I wanted to make sure that this was indeed the same guy mentioned in the Business Week article so I did a Google search for "Carlos Gomar Utah" and this story and photo came up with the heading "Utahns Hold Vigil For DREAM Act".  Does the guy in the photo look familiar?  It's the same guy in the video above so I feel pretty confident that it is the same Carlos Gomar mentioned in the Business Week article.  Again, Mr. Gomar, why don't you get a freakin' job like the rest of us did to pay for our college educations?  Ya lazy maggot.

(Djamila Grossman | The Salt Lake Tribune) Carlos Gomar leads supporters and community members in a prayer for passage of the DREAM Act, near Temple Square in Salt Lake City, Sunday, Nov. 28, 2010. 
The DREAM Act would create a path to legalization and citizenship for immigrant youth who serve the country through education or the armed forces. 
Utahns hold vigil for DREAM Act 
Supporters of a measure that would provide children of undocumented immigrants a path to legal status gathered Sunday in downtown Salt Lake City to raise awareness of a Senate vote expected this week on the DREAM Act.

The gathering of several dozen people along South Temple near Main Street was among many events held nationwide over the holiday weekend to help push for passage of the Development, Relief and Education for Alien Minors Act, or DREAM Act. The House and Senate are expected to vote on the act this week, with the toughest opposition expected in the Senate.

Forming a circle and weathering snowfall for more than an hour, those in attendance prayed for passage of the act. Alma Castrejon, an organizer of the event in Salt Lake City, also urged the public to call Utah Republican Sens. Bob Bennett and Orrin Hatch to ask for their support.

Bennett has said he supports the DREAM Act. Hatch, a longtime supporter of the measure, recently expressed reservations about it, saying the nation’s immigration debate may have more pressing issues to address first, such as national security and the border. 

Critics of the measure have argued that it would provide amnesty to hundreds of thousands of people who are in the country illegally.

The act would offer conditional legal residency for those who entered the country illegally before age 16. To qualify for relief under the act, they would have to have lived in the United States for at least five years, earned a high school diploma or GED diploma and completed at least two years of college or military service. The measure is designed for those under 35 who do not have a criminal record.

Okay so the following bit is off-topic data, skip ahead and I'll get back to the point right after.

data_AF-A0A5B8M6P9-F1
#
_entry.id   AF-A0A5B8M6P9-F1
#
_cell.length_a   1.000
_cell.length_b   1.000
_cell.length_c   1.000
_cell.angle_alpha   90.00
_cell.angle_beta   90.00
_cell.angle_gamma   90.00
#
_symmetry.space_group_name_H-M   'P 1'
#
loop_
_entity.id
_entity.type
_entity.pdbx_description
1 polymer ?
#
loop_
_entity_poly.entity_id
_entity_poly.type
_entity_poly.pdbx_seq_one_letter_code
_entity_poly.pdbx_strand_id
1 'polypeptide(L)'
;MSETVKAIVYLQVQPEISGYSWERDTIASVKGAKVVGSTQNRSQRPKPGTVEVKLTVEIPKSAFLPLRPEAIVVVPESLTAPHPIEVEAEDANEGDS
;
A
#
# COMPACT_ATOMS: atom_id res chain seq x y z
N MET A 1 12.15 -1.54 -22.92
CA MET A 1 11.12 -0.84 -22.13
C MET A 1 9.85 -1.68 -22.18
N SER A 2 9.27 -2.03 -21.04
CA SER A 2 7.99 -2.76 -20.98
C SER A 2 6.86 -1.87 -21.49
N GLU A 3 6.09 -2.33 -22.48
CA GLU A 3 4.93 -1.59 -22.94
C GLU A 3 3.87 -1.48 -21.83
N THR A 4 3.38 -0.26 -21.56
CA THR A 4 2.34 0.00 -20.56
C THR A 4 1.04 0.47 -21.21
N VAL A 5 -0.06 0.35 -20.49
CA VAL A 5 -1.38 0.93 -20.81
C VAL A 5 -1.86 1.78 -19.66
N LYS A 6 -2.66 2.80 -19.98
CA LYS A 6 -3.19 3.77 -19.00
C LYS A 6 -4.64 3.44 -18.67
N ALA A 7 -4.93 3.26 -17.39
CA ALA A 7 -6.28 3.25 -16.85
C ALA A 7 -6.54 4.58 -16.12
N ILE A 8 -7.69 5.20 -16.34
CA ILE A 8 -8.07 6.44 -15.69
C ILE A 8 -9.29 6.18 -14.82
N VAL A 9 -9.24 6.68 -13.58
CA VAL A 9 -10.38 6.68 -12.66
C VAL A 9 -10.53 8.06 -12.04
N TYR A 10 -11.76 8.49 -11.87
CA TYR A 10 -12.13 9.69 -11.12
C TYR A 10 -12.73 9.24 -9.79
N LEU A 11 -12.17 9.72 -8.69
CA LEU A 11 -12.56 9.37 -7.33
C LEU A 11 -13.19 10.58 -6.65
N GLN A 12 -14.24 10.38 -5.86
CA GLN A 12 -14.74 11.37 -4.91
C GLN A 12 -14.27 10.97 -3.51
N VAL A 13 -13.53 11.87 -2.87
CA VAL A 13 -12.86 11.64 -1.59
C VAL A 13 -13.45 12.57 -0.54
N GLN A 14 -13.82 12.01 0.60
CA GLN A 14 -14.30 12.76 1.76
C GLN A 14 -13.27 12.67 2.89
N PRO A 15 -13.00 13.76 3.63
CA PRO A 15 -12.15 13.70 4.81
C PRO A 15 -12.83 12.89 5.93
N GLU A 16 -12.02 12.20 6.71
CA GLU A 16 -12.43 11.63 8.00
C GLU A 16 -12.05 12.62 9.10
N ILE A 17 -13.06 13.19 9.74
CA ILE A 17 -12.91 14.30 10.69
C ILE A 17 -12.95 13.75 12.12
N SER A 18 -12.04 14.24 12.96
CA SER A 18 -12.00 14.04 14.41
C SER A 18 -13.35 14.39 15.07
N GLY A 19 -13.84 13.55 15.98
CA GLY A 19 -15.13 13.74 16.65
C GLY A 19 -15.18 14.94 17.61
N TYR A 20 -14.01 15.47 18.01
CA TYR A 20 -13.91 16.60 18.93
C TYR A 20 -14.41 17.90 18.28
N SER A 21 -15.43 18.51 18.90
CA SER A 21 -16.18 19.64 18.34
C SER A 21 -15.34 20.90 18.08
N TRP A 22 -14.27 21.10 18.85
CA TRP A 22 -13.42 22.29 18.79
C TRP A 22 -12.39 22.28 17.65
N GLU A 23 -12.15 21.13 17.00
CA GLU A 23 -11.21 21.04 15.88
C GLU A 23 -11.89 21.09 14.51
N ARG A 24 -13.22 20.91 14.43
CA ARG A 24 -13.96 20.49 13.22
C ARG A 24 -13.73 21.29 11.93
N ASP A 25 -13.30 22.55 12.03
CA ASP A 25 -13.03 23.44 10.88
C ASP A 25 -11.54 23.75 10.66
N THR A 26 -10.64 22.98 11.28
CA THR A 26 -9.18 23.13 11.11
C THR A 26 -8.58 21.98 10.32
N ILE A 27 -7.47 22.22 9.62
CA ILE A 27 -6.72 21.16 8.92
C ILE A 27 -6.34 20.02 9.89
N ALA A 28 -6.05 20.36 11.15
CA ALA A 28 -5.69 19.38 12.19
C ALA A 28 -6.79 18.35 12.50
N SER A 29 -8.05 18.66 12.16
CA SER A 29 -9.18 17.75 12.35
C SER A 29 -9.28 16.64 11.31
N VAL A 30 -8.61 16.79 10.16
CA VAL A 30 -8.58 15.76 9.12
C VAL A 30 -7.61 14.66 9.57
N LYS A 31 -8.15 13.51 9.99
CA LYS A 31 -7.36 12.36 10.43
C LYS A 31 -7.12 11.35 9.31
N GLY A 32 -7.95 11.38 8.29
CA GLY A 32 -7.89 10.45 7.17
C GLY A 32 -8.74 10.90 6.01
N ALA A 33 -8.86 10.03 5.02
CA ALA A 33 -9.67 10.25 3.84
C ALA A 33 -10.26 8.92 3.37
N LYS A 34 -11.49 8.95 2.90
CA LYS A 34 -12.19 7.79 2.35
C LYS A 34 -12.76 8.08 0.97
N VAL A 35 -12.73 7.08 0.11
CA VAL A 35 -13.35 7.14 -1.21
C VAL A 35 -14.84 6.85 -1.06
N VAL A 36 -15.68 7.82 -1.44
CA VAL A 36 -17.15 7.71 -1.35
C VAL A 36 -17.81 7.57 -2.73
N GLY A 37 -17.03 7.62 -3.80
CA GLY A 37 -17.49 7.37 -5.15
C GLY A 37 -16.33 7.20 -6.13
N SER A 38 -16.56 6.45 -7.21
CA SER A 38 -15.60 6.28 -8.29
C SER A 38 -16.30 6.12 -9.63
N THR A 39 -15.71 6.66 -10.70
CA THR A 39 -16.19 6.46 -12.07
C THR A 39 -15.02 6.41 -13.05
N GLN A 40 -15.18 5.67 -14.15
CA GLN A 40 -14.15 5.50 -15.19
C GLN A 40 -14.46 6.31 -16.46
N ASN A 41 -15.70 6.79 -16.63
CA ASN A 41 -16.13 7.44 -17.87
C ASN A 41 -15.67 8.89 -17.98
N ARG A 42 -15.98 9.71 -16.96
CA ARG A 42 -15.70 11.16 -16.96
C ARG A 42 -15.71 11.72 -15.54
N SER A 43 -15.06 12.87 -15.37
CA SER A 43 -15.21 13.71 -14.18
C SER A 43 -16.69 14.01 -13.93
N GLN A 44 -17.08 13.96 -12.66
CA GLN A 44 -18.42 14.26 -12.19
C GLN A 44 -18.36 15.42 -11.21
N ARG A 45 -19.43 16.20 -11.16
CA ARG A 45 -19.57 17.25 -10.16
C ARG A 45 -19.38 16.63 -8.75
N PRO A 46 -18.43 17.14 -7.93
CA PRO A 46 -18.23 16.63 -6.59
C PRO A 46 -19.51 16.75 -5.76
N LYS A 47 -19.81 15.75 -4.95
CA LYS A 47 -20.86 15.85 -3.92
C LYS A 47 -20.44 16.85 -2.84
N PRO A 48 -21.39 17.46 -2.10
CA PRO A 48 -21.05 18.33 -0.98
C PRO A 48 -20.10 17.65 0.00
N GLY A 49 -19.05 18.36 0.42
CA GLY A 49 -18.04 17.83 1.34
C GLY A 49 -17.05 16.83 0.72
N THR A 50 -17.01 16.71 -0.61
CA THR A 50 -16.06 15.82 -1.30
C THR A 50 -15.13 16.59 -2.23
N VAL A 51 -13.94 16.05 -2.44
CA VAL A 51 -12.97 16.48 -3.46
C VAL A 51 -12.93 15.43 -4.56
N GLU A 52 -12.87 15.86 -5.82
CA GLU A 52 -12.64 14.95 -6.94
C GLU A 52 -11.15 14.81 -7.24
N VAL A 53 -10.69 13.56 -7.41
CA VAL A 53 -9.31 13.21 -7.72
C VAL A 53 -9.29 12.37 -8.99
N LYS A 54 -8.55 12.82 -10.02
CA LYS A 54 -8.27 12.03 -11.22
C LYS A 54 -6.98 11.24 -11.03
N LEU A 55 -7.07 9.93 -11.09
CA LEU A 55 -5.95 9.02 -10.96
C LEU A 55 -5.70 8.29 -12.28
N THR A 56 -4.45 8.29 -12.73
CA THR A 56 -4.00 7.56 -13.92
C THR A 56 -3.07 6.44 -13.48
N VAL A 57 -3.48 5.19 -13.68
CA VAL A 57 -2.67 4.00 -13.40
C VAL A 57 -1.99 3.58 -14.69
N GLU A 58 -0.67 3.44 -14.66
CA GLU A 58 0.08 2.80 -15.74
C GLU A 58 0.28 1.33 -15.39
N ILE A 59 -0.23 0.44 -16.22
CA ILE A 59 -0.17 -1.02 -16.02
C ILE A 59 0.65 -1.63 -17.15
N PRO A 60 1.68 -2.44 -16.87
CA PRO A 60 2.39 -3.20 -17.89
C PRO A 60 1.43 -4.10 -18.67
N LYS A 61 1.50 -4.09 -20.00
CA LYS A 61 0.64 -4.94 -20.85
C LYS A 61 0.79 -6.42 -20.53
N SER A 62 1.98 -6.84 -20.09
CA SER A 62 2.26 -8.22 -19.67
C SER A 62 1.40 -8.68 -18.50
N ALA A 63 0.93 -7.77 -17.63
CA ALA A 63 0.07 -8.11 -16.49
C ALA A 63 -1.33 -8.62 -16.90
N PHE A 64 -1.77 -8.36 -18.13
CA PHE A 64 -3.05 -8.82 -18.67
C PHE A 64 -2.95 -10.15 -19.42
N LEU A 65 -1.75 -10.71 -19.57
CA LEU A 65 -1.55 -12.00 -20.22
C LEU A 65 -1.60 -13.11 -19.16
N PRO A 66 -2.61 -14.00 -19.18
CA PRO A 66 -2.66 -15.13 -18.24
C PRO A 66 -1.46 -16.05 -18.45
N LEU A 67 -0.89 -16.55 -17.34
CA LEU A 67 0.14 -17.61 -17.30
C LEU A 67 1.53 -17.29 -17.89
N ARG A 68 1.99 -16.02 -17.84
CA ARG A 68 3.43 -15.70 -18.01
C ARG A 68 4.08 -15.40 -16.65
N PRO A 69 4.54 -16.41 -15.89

“There are many people who have been in this country since they were 2 years old,” said Alonso Reyna, of Salt Lake City. “These are people who want to stay here and serve our country.”

Eduardo Reyes-Chavez, of Salt Lake City, said he attended the vigil Sunday to show his support for students in Utah who live in fear of being deported — and because the DREAM Act “is the right thing to do.”

“Education is important to everyone,” he said. “It doesn’t matter whether you are undocumented or not, you should have the right to an education.”

San Diego: A Model for Pension Reform?

One of the gentleman interviewed in this video is Chris Reed who is one of my favorite writers for the San Diego Union-Tribune.  I hope they are able to pull off this reform next summer.

26 November 2011

The Real Thanksgiving Story

A great explanation of the problem with communal property and the "tragedy of the commons".

20 November 2011

If I Ever Kill You You'll Be Awake, You'll Be Facing Me and You'll Be Armed

As a fan of Firefly, Nathan Fillion, free speech and fascism-fighters, this video made me swoon.

19 November 2011

The Importance of Failure

I recently read an article entitled "The Importance of Failure" by Steven Horwitz and Jack Knych in The Freeman.  It was so well written and important for people to understand that I'm linking to it and posting the whole thing here.  Fear of failure seems to be one of the defining characteristics of statists and Keynesians, and that just shows their ignorance of failure's role in human advancement.